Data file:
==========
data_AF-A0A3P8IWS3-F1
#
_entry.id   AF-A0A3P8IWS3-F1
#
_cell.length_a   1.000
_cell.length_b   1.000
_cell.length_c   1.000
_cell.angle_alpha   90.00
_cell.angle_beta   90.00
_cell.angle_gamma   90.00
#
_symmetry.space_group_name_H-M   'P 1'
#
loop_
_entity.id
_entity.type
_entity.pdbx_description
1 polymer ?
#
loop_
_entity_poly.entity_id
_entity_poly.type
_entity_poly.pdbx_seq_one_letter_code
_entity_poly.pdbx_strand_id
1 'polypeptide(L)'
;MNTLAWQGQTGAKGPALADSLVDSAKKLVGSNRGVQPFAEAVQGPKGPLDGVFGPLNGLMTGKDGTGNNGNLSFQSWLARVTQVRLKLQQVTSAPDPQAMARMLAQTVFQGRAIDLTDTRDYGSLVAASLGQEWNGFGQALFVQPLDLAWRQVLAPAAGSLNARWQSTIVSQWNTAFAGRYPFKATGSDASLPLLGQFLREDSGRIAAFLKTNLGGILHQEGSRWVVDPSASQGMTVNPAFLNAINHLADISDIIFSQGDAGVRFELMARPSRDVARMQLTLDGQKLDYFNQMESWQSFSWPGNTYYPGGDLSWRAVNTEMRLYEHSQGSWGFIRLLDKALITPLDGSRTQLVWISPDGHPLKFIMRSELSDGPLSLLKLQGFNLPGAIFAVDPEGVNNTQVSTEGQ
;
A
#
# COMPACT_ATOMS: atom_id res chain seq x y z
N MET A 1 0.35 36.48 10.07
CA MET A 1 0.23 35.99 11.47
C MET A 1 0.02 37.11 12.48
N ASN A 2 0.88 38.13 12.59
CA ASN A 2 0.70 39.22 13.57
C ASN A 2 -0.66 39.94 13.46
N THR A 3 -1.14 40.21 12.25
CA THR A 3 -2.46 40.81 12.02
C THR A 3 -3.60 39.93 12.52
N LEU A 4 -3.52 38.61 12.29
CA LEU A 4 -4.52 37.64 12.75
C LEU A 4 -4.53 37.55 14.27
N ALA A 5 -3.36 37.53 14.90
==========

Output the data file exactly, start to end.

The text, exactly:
data_AF-A0A3P8IWS3-F1
#
_entry.id   AF-A0A3P8IWS3-F1
#
_cell.length_a   1.000
_cell.length_b   1.000
_cell.length_c   1.000
_cell.angle_alpha   90.00
_cell.angle_beta   90.00
_cell.angle_gamma   90.00
#
_symmetry.space_group_name_H-M   'P 1'
#
loop_
_entity.id
_entity.type
_entity.pdbx_description
1 polymer ?
#
loop_
_entity_poly.entity_id
_entity_poly.type
_entity_poly.pdbx_seq_one_letter_code
_entity_poly.pdbx_strand_id
1 'polypeptide(L)'
;MNTLAWQGQTGAKGPALADSLVDSAKKLVGSNRGVQPFAEAVQGPKGPLDGVFGPLNGLMTGKDGTGNNGNLSFQSWLARVTQVRLKLQQVTSAPDPQAMARMLAQTVFQGRAIDLTDTRDYGSLVAASLGQEWNGFGQALFVQPLDLAWRQVLAPAAGSLNARWQSTIVSQWNTAFAGRYPFKATGSDASLPLLGQFLREDSGRIAAFLKTNLGGILHQEGSRWVVDPSASQGMTVNPAFLNAINHLADISDIIFSQGDAGVRFELMARPSRDVARMQLTLDGQKLDYFNQMESWQSFSWPGNTYYPGGDLSWRAVNTEMRLYEHSQGSWGFIRLLDKALITPLDGSRTQLVWISPDGHPLKFIMRSELSDGPLSLLKLQGFNLPGAIFAVDPEGVNNTQVSTEGQ
;
A
#
# COMPACT_ATOMS: atom_id res chain seq x y z
N MET A 1 0.35 36.48 10.07
CA MET A 1 0.23 35.99 11.47
C MET A 1 0.02 37.11 12.48
N ASN A 2 0.88 38.13 12.59
CA ASN A 2 0.70 39.22 13.57
C ASN A 2 -0.66 39.94 13.46
N THR A 3 -1.14 40.21 12.25
CA THR A 3 -2.46 40.81 12.02
C THR A 3 -3.60 39.93 12.52
N LEU A 4 -3.52 38.61 12.29
CA LEU A 4 -4.52 37.64 12.75
C LEU A 4 -4.53 37.55 14.27
N ALA A 5 -3.36 37.53 14.90